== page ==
Fran O'Sullivan: Soul-searching for Fonterra

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Fonterra has a lot of soul-searching ahead over contaminated infant formula produced by its Chinese joint-venture, which has already cost the lives of two babies and made another thousand very sick.

San Lu - in which Fonterra has a 43 per cent stake - was gearing up to be publicly listed before year's end.

Instead, it will face Beijing inquiries - two criminal brothers who have already admitted to dumping poisons in raw milk will no doubt be executed - and years of trying to recover sales as Chinese consumers go elsewhere.

Some 97 per cent of 25,000 respondents to a Chinese internet survey say they will not "buy San Lu" any more.

If that's not enough, last night, Fonterra China announced it was "voluntarily" recalling one batch of prenatal milk sold in China under the Anmum Materna brand, which had been manufactured and distributed under licence by San Lu using "what we believe to be contaminated local raw milk".

It emphasised that all other Anmum and Anlene products (another Fonterra brand) distributed in the Chinese market had been produced from 100 per cent fully imported New Zealand milk and were thus free from contamination risk.

Fonterra China had to move quickly - but the voluntary recall will raise more questions about why this process wasn't followed by San Lu itself with the contaminated infant formula.

Fonterra needs to delve deep and work out whether it all along had faced a disaster waiting to happen.

San Lu typically sells its infant formula to Chinese mothers in the poorer rural areas at up to one-third the price of competitors in richer urban areas. This means the margins are (at best) slim.

Its farmer suppliers are often smallholders with a few cows, not "industrial" type operators as in New Zealand. Milk quality is frequently poor and unreliable, which is one of the reasons why Fonterra is setting up a 3000-head dairy farm in China itself to provide quality product and demonstrate best practice.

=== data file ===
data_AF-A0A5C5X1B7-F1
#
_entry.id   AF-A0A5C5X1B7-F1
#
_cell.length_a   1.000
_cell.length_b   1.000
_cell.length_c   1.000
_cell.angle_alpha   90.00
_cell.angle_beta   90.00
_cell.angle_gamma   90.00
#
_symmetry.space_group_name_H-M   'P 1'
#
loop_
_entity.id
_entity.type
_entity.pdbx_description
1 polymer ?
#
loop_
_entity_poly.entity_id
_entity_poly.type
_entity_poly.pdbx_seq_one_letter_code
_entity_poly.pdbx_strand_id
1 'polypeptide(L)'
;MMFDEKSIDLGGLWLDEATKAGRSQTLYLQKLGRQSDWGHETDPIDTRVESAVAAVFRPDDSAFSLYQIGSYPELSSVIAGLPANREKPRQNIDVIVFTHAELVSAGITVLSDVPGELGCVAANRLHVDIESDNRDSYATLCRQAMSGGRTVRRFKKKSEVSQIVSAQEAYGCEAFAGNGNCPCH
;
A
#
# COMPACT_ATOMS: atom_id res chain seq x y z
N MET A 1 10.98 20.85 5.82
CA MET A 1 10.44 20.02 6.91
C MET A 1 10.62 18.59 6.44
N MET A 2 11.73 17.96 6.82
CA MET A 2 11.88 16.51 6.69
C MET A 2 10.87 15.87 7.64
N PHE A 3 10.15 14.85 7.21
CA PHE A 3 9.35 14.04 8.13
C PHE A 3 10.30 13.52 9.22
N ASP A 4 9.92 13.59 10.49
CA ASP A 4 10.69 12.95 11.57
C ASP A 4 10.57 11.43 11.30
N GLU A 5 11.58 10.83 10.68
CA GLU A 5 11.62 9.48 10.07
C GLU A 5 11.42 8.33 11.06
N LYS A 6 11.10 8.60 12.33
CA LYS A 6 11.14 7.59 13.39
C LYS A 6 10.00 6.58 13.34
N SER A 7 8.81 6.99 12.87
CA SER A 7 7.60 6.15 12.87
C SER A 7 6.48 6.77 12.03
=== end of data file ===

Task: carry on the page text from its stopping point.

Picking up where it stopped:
Given the industry's track record it was probably only a matter of time before unscrupulous middlemen tried to recover some profit by falsifying protein levels by adding chemicals.

China is like that.

It's not clear to what extent Fonterra's directors on the San Lu board sought commercial intelligence over the security of the supply chain - which they should have, given China's lamentable track record in this area.

Bright Dairy - in which French company Danone used to have a stake - took years to recover profitability after one of its acquisitions was caught re-processing expired milk in 2004.

The following year Swiss giant Nestle faced problems when its own Chinese formula-milk was found to have excess iodine levels.

It's not as if San Lu has been immune itself. Reports say 13 infants died of malnutrition in 2004 in east Anhui Province after consuming substandard milk powder.

Illegally manufactured milk powder falsely labelled with the brand of San Lu and other major dairy companies caused 171 babies to be hospitalised.

So, the potential not only for brand damage - but more importantly damage to human life - was always there.

Here are some big questions the Fonterra parent board needs to face up to:

Firstly, why did Fonterra not go public the moment it was clear that its San Lu representatives were getting nowhere in their attempts to promote a formal recall?

This has not been adequately answered despite the Prime Minister's statement that she "blew the whistle" to Beijing four days after being informed (Fonterra executives briefed Government officials on September 5, but the company knew about the contamination on August 2).

Secondly, how can Fonterra trumpet "food safety" as its major selling point on the world stage if it does not take a more aggressive approach to ensuring that its joint-venture partners also place a prime value on product safety?